Tuesday, August 12, 2008

He's Right Here

If you haven't seen I'm Not There, which is quite good, and even more interesting and discussion-worthy than it is good, the central figure and force of it is Cate Blanchett as the 1965-66 Dylan Gone Electric and beset with restless leg syndrome. As with some of the other material, director Todd Haynes treats the infamous Newport Jazz gig a bit hamfistedly - Cate and her band literally come out and machine-gun the audience - but Cate's performance never wavers. She could have been the whole movie.

The key to her characterization, and to the Dylan of the period, is Nat Hentoff's Playboy interview from January 1966, with Dylan at his fastest and funniest. That interview is online, and comes highly recommended by me (and I plan to use Taco Pronto as a pseudonym as soon as possible), although I make no claims as to the propriety of any possible copyright violation.

Here's Dylan describing that Newport scene:

I was kind of stunned. But I can't put anybody down for coming and booing: after all, they paid to get in. They could have been maybe a little quieter and not so persistent, though. There were a lot of old people there, too; lots of whole families had driven down from Vermont, lots of nurses and their parents, and well, like they just came to hear some relaxing hoedowns, you know, maybe an Indian polka or two. And just when everything's going all right, here I come on, and the whole place turns into a beer factory.

I dunno, Bob; a beer factory sounds kind of fun. Plus, you won't want to miss this exchange:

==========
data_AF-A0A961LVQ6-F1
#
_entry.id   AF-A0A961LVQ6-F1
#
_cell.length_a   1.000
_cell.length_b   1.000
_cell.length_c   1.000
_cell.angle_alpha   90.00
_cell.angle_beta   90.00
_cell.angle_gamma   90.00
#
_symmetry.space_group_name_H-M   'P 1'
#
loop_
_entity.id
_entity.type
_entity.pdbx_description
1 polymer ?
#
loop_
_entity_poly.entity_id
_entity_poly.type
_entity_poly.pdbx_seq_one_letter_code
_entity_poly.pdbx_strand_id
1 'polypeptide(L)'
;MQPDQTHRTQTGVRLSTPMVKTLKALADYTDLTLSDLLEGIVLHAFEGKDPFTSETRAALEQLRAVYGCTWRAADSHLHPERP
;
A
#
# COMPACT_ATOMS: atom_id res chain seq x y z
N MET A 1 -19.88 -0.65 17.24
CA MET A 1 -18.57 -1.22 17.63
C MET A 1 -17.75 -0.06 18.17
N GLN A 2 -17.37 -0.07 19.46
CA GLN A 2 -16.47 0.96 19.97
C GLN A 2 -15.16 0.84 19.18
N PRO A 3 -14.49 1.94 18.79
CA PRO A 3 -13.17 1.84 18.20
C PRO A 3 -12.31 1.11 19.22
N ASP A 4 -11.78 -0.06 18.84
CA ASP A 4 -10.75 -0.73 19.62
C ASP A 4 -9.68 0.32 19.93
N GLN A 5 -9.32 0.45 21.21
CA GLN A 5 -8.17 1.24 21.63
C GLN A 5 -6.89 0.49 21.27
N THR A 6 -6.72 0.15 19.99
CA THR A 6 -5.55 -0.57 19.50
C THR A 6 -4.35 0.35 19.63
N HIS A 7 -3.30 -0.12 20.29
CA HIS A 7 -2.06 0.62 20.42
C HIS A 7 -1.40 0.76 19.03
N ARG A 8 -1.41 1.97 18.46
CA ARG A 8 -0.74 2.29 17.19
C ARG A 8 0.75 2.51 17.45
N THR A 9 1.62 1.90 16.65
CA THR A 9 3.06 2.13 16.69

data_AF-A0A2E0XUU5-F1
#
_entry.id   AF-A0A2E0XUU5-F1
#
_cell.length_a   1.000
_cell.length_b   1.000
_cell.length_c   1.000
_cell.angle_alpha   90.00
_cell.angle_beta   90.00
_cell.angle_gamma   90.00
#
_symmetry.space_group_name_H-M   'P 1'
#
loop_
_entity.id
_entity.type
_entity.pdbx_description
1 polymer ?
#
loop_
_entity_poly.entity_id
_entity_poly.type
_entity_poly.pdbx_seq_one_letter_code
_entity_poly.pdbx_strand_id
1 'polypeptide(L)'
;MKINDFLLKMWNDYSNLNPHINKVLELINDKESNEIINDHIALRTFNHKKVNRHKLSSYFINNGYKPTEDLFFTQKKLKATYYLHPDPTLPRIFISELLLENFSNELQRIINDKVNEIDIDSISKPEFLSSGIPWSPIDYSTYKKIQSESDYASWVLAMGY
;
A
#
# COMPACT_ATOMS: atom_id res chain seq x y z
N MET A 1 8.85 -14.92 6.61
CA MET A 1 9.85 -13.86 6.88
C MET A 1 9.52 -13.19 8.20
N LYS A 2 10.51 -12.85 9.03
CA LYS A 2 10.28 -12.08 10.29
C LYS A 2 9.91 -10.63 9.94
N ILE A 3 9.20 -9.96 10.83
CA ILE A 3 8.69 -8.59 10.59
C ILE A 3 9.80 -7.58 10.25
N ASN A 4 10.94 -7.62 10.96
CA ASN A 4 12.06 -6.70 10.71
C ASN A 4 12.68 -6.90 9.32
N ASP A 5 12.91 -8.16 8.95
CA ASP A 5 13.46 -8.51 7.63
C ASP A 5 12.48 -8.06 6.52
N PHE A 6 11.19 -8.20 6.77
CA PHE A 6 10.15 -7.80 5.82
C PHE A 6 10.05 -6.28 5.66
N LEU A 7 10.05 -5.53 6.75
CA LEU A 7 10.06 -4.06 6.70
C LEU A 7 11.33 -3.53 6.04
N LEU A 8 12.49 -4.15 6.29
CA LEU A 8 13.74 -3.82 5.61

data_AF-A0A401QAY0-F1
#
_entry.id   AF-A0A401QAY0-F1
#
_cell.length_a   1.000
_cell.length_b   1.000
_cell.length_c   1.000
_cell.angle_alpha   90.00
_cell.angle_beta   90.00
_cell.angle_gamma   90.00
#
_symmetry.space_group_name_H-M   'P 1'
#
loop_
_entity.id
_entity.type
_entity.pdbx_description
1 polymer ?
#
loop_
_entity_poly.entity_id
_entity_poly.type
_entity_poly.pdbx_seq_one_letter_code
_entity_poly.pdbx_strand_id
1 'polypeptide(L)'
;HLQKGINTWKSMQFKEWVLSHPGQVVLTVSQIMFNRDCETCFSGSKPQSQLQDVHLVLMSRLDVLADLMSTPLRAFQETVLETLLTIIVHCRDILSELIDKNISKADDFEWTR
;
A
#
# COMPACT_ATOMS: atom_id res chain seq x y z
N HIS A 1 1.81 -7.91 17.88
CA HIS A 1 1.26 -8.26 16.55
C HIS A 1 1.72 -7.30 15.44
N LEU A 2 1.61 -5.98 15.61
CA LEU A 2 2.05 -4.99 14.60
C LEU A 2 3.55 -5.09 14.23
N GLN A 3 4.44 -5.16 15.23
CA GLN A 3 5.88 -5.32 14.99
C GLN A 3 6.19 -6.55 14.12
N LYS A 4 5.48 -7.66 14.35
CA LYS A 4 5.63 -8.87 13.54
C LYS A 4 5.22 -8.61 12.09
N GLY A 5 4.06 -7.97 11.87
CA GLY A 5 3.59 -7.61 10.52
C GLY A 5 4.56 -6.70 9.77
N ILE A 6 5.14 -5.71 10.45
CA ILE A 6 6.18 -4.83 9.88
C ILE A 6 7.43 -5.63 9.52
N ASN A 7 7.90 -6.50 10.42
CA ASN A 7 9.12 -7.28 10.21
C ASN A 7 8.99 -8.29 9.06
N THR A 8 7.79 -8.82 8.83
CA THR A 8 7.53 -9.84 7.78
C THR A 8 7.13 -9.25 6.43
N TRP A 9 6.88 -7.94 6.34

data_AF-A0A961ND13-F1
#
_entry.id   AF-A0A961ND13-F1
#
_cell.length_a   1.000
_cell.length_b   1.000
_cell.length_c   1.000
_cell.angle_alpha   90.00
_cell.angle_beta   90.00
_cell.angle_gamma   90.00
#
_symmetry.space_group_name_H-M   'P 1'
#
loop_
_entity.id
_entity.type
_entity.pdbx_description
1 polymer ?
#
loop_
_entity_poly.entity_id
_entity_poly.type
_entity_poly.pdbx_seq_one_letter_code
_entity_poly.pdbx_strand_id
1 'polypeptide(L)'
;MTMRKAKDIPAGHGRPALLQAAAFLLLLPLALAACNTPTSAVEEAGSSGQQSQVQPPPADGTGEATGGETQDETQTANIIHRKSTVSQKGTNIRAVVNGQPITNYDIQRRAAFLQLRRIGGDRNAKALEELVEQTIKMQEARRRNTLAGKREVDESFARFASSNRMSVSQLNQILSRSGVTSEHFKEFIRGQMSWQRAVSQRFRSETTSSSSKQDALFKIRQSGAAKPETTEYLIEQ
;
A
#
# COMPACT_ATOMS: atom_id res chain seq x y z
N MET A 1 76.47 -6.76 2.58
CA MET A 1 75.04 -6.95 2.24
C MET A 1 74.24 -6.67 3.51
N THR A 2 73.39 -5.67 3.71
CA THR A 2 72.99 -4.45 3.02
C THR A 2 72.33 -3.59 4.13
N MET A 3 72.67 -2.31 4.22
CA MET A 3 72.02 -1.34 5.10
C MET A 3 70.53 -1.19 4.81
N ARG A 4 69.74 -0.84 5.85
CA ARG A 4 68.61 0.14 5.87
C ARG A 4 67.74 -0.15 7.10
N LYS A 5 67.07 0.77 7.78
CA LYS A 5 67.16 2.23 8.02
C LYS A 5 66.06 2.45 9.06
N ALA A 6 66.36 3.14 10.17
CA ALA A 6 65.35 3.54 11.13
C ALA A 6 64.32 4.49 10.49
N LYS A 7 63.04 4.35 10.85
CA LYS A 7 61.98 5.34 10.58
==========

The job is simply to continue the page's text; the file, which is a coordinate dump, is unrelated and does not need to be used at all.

PLAYBOY: Do you think Lincoln wore his hair long to keep his head warm?

DYLAN: Actually, I think it was for medical reasons, which are none of my business.


Marshall said...

The real embarrassment of that film is that Bob Dylan is a man and Cate Blanchett is a woman. How could casting have overlooked this? I mean, c'mon, people!

tony s said...

I hate when Hollywood puts its "stamp of approval" on rock music. No matter how good the film is, they trivialize it, or bend it to some trendy agenda. This time there seems to be the influence of feminism at work. Never a good sign. I wonder how cool this cross-gender casting will look when blogs like Roissy in DC and Glenn Sacks put the much-needed end to feminism.

Guess I'll have to hate old Bob now that Hollywood is telling me I have to like him. Let me know when he makes a politically incorrect statement and they hate him again. Then I'll be able to listen once more.

Marshall said...

Now I can't get the phrase "bend it to some trendy agenda" out of my mind.